The initial titles in the bundle (minimum $3 to purchase) are:
Black Mercury by Charlotte E. English (one of the other Drifting Isle books)
Zelda Pryce by Joseph Robert Lewis
The Machine God by MeiLin Miranda (that's me)
A Midsummer Night's Steampunk by Scott E. Tarbet

If you pay more than the bonus price of just $10, you'll get another three books:
Lumière by Jacqueline E. Garlick
Third Daughter by Susan Kaye Quinn
Fall of Sky City by S.M. Blooding

You're going to want to sign up for my newsletter because I'll be giving away THREE of these bundles to subscribers later this week!

The bundle is available for a very limited time only, via It allows easy reading on computers, smartphones, and tablets as well as Kindle and other ereaders via file transfer, email, and other methods. You get multiple DRM-free formats (.epub, and .mobi) for all books, but after the three weeks are over, the bundle is gone forever! You can also buy a gift card for this StoryBundle if you have a friend you think would enjoy this.

Why StoryBundle? Here's what they say for themselves.

-- Get quality reads: We've chosen works from excellent authors to bundle together in one convenient package.

-- Pay what you want (minimum $3): You decide how much four fantastic books are worth to you. If you can only spare a little, that's fine! You'll still get access to four thrilling titles.

-- Support authors who support DRM-free books: StoryBundle is a platform for authors to get exposure for their works, both for the titles featured in the bundle and for the rest of their catalog. Supporting authors who let you read their books on any device you want—restriction free—will show everyone there's nothing wrong with ditching DRM.

-- Give to worthy causes: Bundle buyers have a chance to donate a portion of their proceeds to charity. We're currently featuring Mighty Writers and Girls Write Now.

-- Receive extra books: If you beat our bonus price, you're not just getting four books, you're getting seven!

You've got three weeks to get this bundle, but get it now while you're thinking of it. Smile

A new short story: Reset

  • Posted on: 2 August 2014
  • By: MeiLin

"Reset," the short story I wrote for the anthology Synchronic: 13 Tales of Time Travel is now available for purchase by itself, since I know some of you didn't want to buy a whole anthology. (You really should; it's quite good.) You can purchase it directly from me in mobi/Kindle, ePub and PDF, from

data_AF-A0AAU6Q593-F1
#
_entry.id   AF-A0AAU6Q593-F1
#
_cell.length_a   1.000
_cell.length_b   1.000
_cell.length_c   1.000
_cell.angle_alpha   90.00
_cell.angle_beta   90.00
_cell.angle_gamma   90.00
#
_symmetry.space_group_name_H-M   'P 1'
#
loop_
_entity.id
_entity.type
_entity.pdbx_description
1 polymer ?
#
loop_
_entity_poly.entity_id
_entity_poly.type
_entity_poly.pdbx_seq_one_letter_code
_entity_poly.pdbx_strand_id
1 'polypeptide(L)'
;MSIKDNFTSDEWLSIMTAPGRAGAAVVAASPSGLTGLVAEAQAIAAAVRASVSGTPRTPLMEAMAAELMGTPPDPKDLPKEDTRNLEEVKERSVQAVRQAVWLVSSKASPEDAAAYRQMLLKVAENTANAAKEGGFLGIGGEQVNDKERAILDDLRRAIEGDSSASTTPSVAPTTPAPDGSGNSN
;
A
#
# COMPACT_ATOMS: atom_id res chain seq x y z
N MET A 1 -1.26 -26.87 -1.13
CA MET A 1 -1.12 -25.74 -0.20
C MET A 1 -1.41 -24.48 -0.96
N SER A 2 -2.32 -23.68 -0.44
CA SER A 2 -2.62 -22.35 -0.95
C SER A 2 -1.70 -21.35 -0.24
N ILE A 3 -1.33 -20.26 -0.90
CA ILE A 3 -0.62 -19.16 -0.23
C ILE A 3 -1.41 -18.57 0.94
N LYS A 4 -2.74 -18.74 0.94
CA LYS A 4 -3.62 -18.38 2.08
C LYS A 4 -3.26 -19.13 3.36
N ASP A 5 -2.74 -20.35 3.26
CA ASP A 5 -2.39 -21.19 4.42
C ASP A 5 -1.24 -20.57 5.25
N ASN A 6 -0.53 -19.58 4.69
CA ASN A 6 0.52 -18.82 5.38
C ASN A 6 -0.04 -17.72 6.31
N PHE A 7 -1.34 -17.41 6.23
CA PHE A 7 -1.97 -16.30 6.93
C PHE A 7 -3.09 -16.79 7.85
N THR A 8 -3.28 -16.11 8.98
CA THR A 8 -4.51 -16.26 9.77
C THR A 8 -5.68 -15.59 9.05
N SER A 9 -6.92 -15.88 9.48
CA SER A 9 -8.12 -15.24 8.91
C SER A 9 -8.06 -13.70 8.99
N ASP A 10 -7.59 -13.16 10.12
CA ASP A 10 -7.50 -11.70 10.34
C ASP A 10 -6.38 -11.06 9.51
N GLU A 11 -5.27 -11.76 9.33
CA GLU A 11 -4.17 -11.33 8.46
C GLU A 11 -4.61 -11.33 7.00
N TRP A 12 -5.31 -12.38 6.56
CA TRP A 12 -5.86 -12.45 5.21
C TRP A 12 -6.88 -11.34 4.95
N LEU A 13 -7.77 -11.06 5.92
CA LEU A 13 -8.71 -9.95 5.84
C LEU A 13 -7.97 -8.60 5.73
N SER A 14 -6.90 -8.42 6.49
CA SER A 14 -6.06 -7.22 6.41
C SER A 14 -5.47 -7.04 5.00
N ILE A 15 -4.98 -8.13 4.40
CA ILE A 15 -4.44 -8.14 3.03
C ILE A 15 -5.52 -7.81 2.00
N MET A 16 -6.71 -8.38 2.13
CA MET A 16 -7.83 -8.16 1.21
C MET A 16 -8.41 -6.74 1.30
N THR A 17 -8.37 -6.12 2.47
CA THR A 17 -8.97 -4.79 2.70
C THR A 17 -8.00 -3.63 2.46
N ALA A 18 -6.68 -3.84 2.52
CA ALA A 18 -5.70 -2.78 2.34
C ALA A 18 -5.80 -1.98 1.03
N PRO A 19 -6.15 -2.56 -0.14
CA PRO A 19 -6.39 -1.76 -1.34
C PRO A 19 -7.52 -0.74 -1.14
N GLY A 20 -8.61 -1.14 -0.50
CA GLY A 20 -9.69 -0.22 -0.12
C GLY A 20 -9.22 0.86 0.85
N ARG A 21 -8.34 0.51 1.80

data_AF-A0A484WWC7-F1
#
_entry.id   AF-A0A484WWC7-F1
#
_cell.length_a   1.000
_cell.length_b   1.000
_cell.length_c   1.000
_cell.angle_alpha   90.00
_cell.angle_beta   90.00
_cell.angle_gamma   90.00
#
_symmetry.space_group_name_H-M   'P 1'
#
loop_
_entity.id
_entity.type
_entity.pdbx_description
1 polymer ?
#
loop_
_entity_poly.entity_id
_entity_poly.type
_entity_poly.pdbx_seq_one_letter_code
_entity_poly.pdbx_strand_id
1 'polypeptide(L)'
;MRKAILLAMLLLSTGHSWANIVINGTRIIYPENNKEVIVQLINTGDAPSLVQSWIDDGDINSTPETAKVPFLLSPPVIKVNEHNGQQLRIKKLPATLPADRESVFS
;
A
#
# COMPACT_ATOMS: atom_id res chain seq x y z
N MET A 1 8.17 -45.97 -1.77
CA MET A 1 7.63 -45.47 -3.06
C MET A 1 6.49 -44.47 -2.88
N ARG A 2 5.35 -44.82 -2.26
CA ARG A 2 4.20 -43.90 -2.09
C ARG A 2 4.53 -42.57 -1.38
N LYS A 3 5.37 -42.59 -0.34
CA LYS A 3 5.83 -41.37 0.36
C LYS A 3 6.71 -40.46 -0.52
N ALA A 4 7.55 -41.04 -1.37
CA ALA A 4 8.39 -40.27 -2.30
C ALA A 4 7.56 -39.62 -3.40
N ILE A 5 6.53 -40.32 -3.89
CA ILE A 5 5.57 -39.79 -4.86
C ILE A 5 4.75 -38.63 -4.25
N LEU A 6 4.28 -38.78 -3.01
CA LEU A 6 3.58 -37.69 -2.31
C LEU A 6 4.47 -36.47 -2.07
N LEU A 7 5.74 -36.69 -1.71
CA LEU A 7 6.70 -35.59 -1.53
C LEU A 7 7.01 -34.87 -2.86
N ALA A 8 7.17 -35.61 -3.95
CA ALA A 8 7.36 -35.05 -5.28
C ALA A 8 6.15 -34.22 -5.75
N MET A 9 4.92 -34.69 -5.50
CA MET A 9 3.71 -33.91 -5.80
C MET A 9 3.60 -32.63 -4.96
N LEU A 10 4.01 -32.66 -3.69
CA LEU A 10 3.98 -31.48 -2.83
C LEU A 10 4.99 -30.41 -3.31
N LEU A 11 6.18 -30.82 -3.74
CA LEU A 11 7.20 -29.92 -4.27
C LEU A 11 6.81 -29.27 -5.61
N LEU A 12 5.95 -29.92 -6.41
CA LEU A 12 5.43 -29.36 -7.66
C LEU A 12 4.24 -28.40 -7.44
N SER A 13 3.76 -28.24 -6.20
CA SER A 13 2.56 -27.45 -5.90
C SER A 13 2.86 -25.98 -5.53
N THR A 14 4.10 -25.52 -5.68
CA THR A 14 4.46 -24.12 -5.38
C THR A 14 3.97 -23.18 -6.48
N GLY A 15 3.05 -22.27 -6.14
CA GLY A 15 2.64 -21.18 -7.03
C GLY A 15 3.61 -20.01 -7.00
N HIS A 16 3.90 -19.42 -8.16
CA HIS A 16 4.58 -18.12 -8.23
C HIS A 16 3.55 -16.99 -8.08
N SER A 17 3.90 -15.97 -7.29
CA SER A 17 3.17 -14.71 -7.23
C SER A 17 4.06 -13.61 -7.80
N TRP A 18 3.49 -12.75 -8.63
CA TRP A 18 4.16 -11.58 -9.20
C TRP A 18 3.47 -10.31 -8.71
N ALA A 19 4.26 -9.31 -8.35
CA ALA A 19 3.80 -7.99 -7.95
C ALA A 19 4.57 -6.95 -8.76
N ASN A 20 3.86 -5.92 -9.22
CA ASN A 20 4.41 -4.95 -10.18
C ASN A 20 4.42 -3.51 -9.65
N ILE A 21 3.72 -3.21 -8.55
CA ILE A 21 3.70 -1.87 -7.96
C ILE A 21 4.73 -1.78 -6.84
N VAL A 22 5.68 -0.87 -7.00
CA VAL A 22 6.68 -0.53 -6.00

Amazon US and all the international Amazons (just search for ASIN B00MC8UXLE), from Barnes & Noble and from Google Play. It's still in the process of publishing at Kobo, but it'll get there eventually. Smile

Reinhabiting the world

  • Posted on: 20 May 2014
  • By: MeiLin

This is long.

I haven't gotten much writing done these past few days. Some, but not much.

For years after I got sick, our yard went to hell, and I tell you: In Oregon, hell is covered in blackberries. The blackberry vines were up to my neck. The dog couldn't go down the back steps. It was that bad.

We finally scraped enough money together to hire a landscaper, who wasn't able to do much more with the little we had but clear out the blackberries and other weeds, and lay down the bones of our future garden. Gravel paths. Beds where future shrubs will go. A gravel patio next to the concrete patio, with two raised beds for vegetables, and a fire pit.

For eight years I haven't been able to use our yard. Now, in fine weather and foul, I find myself walking through the yard, patrolling for those damn blackberries and thistles. Even after their ruthless extermination, they're determined to come back, and I am determined to stop them. The only way to do so is to wait until they stick their tender, tentative heads up through the mulch or gravel, and cut them to the ground. Over and over and over. Eventually, they give up and die, or go somewhere less hostile.

When that is done, I find myself sitting on the back deck under my new patio umbrella, drinking coffee. Sometimes I read. I am so very behind on my reading. I haven't read--really read--in years. I haven't let myself. Reading fiction was frivolous. I felt guilty for doing it. I had things to do, like kids, and staying alive.